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Open Access Research article

A complete mitochondrial genome sequence of the wild two-humped camel (Camelus bactrianus ferus): an evolutionary history of camelidae

Peng Cui23, Rimutu Ji1, Feng Ding23, Dan Qi23, Hongwei Gao4, He Meng4, Jun Yu2, Songnian Hu2* and Heping Zhang1*

Author Affiliations

1 Key Laboratory of Dairy Biotechnology and Engineering Ministry of Education, College of Food Science and Engineering, Inner Mongolia Agricultural University, Huhhot, China

2 Key Laboratory of Genome Information and Sciences, Beijing Institute of Genomics, Chinese Academy of Sciences, Beijing, China

3 Graduated School of the Chinese Academy of Sciences, Beijing, China

4 School of Agriculture and biology, Shanghai Jiao Tong University, Shanghai, China

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BMC Genomics 2007, 8:241  doi:10.1186/1471-2164-8-241

Published: 18 July 2007

Abstract

Background

The family Camelidae that evolved in North America during the Eocene survived with two distinct tribes, Camelini and Lamini. To investigate the evolutionary relationship between them and to further understand the evolutionary history of this family, we determined the complete mitochondrial genome sequence of the wild two-humped camel (Camelus bactrianus ferus), the only wild survivor of the Old World camel.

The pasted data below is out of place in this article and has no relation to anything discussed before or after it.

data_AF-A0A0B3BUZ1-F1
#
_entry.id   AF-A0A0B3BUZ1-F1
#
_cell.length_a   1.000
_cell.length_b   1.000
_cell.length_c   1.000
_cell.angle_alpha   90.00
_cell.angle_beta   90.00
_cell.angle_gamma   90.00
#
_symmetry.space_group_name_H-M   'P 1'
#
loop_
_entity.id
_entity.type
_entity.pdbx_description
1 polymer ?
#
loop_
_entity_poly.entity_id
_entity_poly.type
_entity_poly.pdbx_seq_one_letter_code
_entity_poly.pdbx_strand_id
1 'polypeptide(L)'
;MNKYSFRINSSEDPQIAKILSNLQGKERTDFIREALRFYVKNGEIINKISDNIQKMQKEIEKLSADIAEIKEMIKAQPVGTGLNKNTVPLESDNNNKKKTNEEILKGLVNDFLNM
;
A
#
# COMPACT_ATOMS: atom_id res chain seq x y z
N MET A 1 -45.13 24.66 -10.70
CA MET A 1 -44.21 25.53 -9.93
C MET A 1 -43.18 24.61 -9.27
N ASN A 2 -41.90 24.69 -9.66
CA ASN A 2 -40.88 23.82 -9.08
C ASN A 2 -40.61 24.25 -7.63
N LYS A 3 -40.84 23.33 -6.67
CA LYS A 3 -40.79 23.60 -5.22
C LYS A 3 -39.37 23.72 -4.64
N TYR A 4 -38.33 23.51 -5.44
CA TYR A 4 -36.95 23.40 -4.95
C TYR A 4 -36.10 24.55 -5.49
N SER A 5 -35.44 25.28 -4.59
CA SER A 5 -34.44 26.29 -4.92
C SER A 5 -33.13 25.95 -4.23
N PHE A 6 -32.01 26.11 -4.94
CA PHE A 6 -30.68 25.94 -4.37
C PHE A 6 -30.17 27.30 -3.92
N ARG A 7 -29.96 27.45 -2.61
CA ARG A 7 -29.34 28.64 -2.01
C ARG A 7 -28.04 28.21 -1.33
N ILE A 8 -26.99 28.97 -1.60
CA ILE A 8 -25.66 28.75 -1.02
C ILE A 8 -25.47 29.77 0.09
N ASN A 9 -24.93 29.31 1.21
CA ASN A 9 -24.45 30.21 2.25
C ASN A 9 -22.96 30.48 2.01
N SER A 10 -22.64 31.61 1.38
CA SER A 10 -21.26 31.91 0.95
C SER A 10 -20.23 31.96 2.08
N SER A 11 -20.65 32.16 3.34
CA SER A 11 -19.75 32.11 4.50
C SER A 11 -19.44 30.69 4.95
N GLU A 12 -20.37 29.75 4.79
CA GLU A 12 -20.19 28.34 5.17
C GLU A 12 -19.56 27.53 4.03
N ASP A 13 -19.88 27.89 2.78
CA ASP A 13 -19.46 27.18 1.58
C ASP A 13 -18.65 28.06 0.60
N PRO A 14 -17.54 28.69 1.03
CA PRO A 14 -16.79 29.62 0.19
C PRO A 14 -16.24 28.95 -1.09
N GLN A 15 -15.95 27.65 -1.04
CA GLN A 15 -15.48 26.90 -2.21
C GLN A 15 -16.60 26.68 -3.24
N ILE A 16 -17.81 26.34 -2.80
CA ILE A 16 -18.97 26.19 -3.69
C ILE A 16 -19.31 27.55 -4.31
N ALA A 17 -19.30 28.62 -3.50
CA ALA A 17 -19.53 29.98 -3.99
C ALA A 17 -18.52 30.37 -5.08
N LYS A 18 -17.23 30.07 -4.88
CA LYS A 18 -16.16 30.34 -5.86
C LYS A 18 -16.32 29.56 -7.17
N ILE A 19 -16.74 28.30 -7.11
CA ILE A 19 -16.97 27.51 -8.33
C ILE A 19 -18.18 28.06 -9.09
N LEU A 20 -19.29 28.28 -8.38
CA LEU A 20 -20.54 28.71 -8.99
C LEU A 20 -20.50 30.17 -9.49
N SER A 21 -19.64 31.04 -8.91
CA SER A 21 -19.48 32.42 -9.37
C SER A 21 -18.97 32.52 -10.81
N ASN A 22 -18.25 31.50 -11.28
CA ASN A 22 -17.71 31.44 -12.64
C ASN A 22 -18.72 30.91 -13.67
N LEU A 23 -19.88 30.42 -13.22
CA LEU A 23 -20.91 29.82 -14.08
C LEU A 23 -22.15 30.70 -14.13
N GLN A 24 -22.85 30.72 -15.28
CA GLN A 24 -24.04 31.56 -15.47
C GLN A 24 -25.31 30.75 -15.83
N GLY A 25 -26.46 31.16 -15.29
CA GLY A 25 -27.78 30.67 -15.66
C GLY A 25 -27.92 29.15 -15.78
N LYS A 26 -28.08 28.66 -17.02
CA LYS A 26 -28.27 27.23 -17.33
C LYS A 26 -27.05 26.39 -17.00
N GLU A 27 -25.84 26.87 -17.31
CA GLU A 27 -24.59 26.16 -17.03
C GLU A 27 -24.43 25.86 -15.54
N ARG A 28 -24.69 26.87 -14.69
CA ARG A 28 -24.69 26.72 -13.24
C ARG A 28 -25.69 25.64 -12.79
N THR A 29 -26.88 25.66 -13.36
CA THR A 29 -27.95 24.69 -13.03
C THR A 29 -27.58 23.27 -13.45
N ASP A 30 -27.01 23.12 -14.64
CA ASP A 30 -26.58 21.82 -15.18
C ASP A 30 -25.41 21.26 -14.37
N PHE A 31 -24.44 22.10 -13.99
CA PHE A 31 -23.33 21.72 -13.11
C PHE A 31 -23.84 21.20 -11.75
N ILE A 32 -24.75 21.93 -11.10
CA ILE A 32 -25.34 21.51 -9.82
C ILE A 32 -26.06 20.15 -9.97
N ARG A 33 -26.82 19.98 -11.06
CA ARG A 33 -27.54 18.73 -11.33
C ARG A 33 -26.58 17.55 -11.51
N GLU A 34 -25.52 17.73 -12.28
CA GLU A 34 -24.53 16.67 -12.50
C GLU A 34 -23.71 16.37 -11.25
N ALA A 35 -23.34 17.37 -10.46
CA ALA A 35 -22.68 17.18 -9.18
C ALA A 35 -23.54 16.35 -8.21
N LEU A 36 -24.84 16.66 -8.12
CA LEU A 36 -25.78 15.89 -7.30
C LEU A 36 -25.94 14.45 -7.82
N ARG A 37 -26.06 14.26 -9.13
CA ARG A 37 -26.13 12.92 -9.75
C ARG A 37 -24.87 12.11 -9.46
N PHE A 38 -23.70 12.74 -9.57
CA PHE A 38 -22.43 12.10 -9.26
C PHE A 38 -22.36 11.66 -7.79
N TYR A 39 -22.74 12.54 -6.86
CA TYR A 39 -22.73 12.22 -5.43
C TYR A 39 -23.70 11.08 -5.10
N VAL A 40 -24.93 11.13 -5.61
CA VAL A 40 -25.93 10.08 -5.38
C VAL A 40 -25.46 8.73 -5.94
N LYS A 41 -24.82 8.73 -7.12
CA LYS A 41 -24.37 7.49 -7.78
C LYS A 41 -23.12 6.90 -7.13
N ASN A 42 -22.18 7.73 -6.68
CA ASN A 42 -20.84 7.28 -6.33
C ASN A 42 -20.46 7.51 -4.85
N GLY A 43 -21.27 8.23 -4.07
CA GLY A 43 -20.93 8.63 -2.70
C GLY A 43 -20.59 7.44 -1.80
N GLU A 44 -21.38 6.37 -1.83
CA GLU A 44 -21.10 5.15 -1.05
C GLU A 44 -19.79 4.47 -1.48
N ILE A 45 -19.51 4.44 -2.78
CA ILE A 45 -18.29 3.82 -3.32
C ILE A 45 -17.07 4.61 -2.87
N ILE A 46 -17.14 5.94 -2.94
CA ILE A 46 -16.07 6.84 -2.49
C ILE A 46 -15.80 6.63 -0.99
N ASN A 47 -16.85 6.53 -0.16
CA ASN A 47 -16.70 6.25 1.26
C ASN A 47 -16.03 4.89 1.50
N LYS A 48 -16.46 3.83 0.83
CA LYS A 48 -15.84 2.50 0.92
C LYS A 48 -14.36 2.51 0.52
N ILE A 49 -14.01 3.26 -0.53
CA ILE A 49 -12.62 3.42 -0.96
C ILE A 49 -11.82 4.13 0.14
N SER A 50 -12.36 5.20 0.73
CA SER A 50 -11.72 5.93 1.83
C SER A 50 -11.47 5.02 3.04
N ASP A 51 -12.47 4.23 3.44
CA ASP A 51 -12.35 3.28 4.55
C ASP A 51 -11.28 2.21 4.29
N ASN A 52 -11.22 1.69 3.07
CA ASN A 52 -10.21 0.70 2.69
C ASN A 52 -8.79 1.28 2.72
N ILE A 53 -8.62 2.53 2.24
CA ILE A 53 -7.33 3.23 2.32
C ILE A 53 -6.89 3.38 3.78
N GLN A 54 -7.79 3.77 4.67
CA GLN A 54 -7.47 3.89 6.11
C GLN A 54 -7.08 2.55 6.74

Results

The mitochondrial genome sequence (16,680 bp) from C. bactrianus ferus contains 13 protein-coding, two rRNA, and 22 tRNA genes as well as a typical control region; this basic structure is shared by all metazoan mitochondrial genomes. Its protein-coding region exhibits codon usage common to all mammals and possesses the three cryptic stop codons shared by all vertebrates. C. bactrianus ferus together with the rest of mammalian species do not share a triplet nucleotide insertion (GCC) that encodes a proline residue found only in the nd1 gene of the New World camelid Lama pacos. This lineage-specific insertion in the L. pacos mtDNA occurred after the split between the Old and New World camelids suggests that it may have functional implication since a proline insertion in a protein backbone usually alters protein conformation significantly, and nd1 gene has not been seen as polymorphic as the rest of ND family genes among camelids. Our phylogenetic study based on complete mitochondrial genomes excluding the control region suggested that the divergence of the two tribes may occur in the early Miocene; it is much earlier than what was deduced from the fossil record (11 million years). An evolutionary history reconstructed for the family Camelidae based on cytb sequences suggested that the split of bactrian camel and dromedary may have occurred in North America before the tribe Camelini migrated from North America to Asia.

Conclusion

Molecular clock analysis of complete mitochondrial genomes from C. bactrianus ferus and L. pacos suggested that the two tribes diverged from their common ancestor about 25 million years ago, much earlier than what was predicted based on fossil records.